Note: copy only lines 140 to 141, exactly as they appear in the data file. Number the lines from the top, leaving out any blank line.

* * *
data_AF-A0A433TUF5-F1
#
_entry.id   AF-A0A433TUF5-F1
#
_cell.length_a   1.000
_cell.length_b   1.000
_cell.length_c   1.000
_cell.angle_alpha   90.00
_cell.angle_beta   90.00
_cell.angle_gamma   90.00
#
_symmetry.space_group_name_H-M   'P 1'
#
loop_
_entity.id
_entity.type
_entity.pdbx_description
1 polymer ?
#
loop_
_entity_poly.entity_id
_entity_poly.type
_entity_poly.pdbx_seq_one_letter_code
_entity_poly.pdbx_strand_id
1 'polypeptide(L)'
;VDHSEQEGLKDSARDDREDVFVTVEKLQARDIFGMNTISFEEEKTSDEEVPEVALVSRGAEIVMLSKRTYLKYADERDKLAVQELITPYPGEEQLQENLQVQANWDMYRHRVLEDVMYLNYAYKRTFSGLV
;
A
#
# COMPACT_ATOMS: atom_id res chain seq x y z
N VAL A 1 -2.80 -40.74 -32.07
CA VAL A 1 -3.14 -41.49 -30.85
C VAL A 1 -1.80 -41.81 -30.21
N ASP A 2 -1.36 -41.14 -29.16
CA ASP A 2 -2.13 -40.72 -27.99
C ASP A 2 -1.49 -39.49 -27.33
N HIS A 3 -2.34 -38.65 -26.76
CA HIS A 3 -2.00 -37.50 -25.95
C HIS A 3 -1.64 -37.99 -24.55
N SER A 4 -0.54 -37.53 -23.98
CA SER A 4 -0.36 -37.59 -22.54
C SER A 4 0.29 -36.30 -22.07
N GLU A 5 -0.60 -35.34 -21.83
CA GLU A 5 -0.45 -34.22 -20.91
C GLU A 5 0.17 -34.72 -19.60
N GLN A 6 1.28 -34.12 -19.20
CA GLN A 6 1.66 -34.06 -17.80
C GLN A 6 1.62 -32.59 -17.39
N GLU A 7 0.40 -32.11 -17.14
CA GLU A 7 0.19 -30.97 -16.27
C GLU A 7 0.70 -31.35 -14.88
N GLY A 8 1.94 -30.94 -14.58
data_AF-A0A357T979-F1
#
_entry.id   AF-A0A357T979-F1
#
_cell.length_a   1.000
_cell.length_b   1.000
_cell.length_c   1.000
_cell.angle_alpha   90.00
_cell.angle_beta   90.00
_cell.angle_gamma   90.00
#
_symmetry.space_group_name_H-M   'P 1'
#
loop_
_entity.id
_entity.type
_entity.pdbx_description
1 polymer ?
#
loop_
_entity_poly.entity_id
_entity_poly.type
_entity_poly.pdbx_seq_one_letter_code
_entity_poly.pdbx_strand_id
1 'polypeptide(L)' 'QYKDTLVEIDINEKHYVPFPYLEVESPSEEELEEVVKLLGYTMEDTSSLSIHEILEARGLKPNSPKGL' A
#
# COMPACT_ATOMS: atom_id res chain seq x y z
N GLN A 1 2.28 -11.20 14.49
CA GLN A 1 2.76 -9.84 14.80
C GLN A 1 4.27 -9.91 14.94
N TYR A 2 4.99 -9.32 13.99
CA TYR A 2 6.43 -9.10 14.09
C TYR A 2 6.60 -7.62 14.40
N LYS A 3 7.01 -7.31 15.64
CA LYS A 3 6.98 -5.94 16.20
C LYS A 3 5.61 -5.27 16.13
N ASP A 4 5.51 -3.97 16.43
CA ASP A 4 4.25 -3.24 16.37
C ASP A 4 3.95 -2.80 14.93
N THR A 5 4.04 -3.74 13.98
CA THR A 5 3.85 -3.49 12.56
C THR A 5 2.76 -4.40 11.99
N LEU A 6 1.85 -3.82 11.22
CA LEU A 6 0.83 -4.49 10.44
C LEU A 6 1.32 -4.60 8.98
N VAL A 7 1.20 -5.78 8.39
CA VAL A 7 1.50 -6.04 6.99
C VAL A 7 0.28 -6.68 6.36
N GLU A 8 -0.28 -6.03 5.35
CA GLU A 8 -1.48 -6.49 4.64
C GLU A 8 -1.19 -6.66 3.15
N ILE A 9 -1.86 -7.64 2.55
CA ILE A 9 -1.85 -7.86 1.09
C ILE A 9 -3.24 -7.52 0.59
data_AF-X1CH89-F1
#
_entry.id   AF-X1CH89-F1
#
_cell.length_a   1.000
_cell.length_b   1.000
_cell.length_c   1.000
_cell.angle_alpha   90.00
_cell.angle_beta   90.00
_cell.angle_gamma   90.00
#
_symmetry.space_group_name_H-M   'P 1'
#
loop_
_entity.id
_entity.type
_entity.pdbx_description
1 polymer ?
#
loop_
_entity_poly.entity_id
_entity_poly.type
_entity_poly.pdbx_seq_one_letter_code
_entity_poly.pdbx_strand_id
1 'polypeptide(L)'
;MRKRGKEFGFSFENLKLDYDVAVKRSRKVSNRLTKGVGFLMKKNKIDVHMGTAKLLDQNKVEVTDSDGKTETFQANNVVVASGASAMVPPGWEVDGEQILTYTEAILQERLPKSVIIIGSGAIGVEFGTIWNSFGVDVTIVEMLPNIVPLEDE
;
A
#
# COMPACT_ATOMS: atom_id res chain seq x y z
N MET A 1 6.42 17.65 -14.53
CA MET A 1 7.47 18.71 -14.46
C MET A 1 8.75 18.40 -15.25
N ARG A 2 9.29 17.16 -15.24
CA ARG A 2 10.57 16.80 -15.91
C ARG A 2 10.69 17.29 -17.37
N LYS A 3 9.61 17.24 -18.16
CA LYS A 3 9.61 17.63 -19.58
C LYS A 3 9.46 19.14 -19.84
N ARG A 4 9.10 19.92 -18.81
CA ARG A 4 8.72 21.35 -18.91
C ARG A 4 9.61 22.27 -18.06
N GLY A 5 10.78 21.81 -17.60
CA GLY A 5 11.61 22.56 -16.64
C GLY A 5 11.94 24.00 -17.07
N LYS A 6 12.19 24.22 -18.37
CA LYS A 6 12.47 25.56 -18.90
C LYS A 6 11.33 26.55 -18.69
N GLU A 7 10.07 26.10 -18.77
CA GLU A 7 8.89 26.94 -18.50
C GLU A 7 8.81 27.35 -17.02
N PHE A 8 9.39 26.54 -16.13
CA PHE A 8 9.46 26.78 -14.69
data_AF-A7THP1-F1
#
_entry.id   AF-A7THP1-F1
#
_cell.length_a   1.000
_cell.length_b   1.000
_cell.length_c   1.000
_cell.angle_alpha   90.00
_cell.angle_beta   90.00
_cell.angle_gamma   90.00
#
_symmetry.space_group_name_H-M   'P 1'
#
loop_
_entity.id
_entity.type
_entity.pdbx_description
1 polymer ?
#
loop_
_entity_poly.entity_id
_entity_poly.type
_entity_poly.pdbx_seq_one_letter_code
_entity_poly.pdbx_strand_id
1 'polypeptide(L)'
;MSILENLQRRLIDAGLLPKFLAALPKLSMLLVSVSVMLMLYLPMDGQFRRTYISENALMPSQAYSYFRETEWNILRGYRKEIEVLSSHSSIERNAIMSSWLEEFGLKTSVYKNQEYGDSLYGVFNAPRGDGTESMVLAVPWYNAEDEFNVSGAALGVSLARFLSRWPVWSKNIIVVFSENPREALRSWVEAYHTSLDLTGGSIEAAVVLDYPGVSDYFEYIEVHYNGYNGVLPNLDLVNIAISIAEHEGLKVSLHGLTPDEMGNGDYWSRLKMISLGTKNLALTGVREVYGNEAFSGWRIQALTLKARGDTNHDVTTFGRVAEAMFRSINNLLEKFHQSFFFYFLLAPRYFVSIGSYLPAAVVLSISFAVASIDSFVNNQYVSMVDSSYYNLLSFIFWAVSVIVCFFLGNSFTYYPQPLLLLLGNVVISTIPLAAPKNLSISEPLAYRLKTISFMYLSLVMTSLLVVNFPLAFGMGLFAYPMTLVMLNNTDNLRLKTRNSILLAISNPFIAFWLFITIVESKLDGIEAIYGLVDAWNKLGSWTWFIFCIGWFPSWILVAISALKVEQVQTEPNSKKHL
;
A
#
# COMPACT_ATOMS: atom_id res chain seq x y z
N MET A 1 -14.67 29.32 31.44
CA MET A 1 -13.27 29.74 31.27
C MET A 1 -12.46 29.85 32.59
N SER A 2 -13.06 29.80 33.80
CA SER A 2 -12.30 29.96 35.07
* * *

N ARG A 2 9.29 17.16 -15.24
CA ARG A 2 10.57 16.80 -15.91